Green cloudy water
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Green cloudy water

This is a discussion on Green cloudy water within the Beginner Freshwater Aquarium forums, part of the Freshwater Fish and Aquariums category; --> I've been fighting a green cloudy aquarium for almost two weeks, it doesn't seem to want to clear. I am assuming it's algae bloom. ...

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Old 05-11-2008, 11:54 PM   #1
 
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Green cloudy water

I've been fighting a green cloudy aquarium for almost two weeks, it doesn't seem to want to clear. I am assuming it's algae bloom. Don't see a whole lot on the walls or ornaments, but I have a good pleco, so I may not see it. I have several varieties of live plants, not sure of species. 28 Gal, 0 ammonia, o nitrites, nitrates kept at 15 or less. 78 degrees, T5 lighting with 1 24W 10000K and 1 24W freshwater pink now running about 5 hrs/day, had been closer to 12. I have also recently added CO2 injection (DIY) to try to encourage plant growth. Any ideas???
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Old 05-12-2008, 12:52 AM   #2
 
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Is your tank in direct sunlight? If so moving the tank or placing some kind of barriar would help. If not the Co2 may be the cause of your problems.. You could try decreasing the amount of yeast you put in the bottle to decrease the Co2 output.

Green water is a mysterious thing, I had it bad for almost a month and a half, then one day it was just gone... well mostly, the day after it was all gone lol
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Old 05-12-2008, 03:01 AM   #3
 
Are you buying water from fish_4_all?

You might try getting a bulb in the 6700K range. 10,000K is a ton of energy.
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Old 05-12-2008, 12:37 PM   #4
 
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Haha herefishy :P

I have fought green water in one tank for 6 months now. Simply won't go away and stay away. The funny thing is there is a tank right beside it under the same light that is crystal clear.

Best advice is to try and make sure your plants have enough nutrients. If they grow fast enough with the right balance then they should outcompete the algae for food.

Direct sunlight is a killer but, with the days being longer, even ambient sunlight could be an issue. More ambient light can feed the algae combined with the current light.

8 hours is fine for your lighting but I would also have to second herefishy that youmight want one closer to 6500K. As for CO2, give it time and it just may do the trick.

Something else you could try is Flourish Excel. It is a very good carbon source for plants and, although they will never claim it, it is a very effective algaecide. Just don't overdose it or you may have nothing but plants in your tank. And very important, Valisnaria, Hornwort and Elodea do not like it! They may die off completely if you use it but will sometimes come back in time.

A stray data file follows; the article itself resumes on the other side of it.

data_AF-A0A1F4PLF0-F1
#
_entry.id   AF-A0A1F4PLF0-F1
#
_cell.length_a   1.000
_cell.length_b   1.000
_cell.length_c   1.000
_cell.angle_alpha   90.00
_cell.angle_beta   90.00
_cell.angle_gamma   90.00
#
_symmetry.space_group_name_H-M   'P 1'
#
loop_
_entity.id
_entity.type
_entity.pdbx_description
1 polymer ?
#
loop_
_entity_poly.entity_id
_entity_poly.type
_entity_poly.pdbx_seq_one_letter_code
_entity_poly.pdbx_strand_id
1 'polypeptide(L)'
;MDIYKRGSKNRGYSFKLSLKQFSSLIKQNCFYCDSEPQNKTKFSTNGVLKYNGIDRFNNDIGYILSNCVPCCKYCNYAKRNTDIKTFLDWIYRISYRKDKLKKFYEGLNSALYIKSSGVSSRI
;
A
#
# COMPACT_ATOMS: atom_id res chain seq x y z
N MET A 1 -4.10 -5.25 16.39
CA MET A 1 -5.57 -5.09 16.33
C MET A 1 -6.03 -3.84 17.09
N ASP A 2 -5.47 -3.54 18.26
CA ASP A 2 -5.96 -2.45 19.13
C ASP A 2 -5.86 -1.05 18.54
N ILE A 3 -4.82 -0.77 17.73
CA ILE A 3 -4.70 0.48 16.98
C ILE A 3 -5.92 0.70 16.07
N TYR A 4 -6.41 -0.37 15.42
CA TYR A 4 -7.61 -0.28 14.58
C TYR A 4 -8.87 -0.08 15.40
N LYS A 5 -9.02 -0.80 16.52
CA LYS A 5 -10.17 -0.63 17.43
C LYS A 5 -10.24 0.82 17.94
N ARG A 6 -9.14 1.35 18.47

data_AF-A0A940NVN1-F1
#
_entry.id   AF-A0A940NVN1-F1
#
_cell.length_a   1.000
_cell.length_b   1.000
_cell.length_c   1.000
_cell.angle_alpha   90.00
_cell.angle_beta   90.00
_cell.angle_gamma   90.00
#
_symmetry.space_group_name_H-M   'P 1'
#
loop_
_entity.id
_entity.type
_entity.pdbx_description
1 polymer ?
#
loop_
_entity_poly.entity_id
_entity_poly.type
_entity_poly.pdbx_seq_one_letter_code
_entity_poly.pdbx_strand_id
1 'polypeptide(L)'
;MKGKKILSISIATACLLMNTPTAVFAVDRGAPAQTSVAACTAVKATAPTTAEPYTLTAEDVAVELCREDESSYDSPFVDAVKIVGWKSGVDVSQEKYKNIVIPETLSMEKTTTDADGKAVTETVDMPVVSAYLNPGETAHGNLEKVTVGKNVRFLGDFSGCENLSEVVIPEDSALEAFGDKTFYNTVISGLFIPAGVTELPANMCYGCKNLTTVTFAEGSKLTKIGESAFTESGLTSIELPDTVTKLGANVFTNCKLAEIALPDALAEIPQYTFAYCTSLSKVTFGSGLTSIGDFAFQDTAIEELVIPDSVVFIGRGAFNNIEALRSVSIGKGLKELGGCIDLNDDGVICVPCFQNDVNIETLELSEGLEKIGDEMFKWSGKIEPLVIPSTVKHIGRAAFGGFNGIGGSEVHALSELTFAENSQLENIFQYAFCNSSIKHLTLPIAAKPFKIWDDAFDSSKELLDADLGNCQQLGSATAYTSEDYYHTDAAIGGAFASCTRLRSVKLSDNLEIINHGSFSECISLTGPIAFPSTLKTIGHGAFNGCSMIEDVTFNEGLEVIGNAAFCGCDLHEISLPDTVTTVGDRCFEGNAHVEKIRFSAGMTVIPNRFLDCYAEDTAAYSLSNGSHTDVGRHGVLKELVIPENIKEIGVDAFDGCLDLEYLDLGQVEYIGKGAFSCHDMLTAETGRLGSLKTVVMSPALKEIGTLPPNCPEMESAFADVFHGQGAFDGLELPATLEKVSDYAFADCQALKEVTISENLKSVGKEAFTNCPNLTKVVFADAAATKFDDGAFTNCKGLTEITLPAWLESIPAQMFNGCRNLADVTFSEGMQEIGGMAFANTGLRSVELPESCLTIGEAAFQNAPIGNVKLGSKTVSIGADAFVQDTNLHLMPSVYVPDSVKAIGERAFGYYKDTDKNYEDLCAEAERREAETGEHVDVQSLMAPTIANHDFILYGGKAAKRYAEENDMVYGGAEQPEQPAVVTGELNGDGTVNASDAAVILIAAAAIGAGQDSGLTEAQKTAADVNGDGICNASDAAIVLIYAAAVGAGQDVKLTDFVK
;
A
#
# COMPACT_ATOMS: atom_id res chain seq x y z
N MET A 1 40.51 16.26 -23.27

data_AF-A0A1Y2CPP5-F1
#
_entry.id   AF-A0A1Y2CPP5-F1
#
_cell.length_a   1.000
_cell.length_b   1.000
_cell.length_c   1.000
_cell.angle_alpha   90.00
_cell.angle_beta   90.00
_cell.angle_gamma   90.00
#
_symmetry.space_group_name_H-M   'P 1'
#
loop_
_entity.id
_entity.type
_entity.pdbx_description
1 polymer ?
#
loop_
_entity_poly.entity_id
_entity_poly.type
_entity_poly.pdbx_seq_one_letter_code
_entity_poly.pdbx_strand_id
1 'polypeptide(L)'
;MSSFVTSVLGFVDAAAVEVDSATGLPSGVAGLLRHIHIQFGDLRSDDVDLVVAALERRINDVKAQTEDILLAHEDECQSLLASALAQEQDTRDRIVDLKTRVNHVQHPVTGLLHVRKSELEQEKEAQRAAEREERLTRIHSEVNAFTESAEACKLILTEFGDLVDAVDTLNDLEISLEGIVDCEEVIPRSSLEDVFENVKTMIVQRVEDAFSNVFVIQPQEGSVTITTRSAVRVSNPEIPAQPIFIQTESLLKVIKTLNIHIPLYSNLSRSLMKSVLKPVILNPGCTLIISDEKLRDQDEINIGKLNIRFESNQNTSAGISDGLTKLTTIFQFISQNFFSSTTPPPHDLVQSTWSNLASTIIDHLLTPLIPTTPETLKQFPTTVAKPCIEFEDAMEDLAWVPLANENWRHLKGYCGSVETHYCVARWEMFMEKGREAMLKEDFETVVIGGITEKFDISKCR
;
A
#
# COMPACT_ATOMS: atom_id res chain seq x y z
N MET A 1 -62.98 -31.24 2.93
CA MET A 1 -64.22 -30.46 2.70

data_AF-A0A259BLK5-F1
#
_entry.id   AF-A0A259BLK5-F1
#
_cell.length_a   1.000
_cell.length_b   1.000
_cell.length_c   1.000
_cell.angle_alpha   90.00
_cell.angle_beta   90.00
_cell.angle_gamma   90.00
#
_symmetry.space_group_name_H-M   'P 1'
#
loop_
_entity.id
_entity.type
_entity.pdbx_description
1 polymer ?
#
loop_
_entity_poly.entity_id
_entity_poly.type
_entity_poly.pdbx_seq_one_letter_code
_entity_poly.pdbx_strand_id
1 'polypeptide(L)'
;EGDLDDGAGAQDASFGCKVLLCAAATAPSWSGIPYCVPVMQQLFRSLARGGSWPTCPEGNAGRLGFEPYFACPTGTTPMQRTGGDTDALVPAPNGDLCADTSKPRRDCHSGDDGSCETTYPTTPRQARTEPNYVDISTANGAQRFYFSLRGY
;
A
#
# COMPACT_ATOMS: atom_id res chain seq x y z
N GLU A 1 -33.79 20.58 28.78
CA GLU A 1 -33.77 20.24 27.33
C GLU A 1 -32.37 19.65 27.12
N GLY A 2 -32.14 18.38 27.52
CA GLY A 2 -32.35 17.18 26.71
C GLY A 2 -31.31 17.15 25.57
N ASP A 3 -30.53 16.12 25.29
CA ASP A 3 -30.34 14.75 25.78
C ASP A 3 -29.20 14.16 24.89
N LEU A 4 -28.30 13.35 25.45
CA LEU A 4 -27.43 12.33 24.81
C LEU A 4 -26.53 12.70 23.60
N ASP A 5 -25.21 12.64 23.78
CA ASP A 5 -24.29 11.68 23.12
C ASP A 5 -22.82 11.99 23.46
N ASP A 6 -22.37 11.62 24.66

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Old 05-12-2008, 04:49 PM   #5
 
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CO2 is great for preventing algae, but you also need to provide the plants with plenty of nutrients, or the co2 won't help much. Are you adding ferts right now? I also use flourish and like it the most of all the ones I've tried. You'll also want to add root tabs to any rooted plants you have, as they draw most of their nutrients from the substrate, not the water.

It's also possible if you're currently using fertilizer that it has phosphates and other things in it that are encouraging the algae problem. I had a huge green water problem when I was using the API liquid fertilizer, and since I've switched it hasn't been a problem.
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Old 05-12-2008, 09:19 PM   #6
 
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Thanks for the great advice all! I'm not currently using any ferts, does fish poo count? I have about 15 fish: 3 angels, a pleco, 2 boliv. rams and the rest minnow/tetra like stuff....don't really want to add chemicals if I don't have to, just don't know if plants can utilize fish poo like land plants can....
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Old 05-12-2008, 10:34 PM   #7
 
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Fish poo does provide a lot of it but it lacks micro nutrients. Iron, magnesium, potassium and such. All needed for optimul plant growth.
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Old 05-12-2008, 11:01 PM   #8
 
I was reading another post and got to thinking, what about introducing daphnia? Green water is what they eat right? then they become a snack for the fish. If sustainable, that would add to the symbiosis and thats part of the goal for keeping aquarium IMO.
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Old 05-12-2008, 11:18 PM   #9
 
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You could certainly give that a shot, but I wouldn't really count on your daphnia living long enough to make a big difference. I definitely wouldn't count on them living long enough to reproduce. Those little suckers are just way too tasty for your fish to pass up.
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Old 05-13-2008, 10:09 AM   #10
 
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I tried the daphnia.... didn't work to well. I put about 100-200 in my 10G and the fish had them gone before the water gave at all.
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